A friend is in construction of his house right now, and plans to install a
home-grown geothermal heating system in the driveway to keep snow off. I'm
not convinced it will work, but since we're planning to build next year, if
it does work, it sounds very cool, and I'm going to want to do it too :)
Basically, he's planning on putting down pex (I think ?) tubing before the
asphalt is laid down, so it's embedded in the asphalt. That will lead to
several loops dug down below the frost line for heat transfer.
Hrm - not sure if he's going vertical or wide horizontal loops. It's a
closed loop system, with a small pump to move the glycol solution through.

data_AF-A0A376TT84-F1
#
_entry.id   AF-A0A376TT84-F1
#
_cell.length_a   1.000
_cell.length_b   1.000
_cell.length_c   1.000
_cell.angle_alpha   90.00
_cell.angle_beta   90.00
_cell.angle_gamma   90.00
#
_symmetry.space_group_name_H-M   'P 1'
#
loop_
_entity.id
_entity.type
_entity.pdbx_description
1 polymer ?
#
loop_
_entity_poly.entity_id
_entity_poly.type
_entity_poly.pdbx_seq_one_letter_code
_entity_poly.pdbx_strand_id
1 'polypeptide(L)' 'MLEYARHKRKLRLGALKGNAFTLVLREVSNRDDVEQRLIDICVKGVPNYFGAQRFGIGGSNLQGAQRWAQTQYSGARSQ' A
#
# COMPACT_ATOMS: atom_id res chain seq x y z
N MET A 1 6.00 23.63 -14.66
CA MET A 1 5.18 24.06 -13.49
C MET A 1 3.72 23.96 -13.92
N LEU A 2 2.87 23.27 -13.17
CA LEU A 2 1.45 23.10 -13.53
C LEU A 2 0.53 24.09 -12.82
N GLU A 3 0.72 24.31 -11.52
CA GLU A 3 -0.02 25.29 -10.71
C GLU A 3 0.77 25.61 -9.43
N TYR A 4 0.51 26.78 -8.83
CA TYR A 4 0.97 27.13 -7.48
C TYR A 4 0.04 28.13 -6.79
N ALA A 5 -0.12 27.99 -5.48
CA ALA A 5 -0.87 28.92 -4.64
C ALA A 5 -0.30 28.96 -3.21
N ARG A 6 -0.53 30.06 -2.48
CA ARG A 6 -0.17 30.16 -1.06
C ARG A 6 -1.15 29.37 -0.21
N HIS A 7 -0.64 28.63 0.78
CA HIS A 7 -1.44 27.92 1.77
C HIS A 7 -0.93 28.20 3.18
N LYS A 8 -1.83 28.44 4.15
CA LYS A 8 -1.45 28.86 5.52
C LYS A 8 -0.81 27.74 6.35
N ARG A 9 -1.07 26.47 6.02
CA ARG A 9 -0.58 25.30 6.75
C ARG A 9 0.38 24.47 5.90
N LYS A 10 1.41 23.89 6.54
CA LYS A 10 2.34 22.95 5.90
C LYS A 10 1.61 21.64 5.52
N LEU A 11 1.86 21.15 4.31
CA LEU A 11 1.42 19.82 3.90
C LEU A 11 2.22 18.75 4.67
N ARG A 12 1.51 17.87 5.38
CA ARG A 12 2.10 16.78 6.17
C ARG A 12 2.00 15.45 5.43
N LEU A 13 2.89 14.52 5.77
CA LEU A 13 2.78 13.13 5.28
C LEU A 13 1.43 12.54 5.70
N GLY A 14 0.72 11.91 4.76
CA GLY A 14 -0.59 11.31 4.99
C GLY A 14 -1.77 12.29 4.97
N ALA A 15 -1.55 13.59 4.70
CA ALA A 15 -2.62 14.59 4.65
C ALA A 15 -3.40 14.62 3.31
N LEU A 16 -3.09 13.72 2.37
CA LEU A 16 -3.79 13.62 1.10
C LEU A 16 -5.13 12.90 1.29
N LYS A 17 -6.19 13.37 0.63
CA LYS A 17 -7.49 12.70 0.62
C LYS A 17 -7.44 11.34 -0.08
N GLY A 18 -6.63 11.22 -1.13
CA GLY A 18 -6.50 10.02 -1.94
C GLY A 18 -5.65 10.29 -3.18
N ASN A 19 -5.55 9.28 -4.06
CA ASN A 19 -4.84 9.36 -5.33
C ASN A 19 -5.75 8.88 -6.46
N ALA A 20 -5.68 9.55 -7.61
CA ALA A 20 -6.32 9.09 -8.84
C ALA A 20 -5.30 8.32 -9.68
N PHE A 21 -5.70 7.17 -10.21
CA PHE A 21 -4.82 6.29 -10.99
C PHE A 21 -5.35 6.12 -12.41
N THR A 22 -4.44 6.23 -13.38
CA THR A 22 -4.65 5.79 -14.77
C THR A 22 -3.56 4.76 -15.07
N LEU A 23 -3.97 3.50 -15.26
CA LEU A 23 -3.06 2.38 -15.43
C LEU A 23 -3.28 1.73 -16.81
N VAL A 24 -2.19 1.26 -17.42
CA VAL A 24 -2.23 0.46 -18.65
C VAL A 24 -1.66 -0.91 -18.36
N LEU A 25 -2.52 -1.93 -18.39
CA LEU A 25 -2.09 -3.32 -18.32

He hasn't done any calculations at all, just "it should work" :) It sounds
like it will, but I don't know how to calculate if it will or not.
I thought of using a manifold system, with two main pipes along the sides
of the driveway and ladder-like rungs of pipe between them. Each run would
have several loops, to ensure sufficient time for heat transfer.
He's against that - worried about the T-joints leaking. He wants to run
one or two looong loops. I'm thinking that at the end of the loop, all the
heat will have already been removed from the fluid, and it won't be
effective. So you would get one end nice and clear of snow, the other end
as if the system was off.
So, questions are ... Is this even feasible ? Would there be enough heat
transferred to keep the driveway above freezing point ? I would think so,
sort of, since below-ground is a fairly static 50degF or so, isn't it ?
And what would the best layout be ? Long loop, or manifolds ?
Anything else ?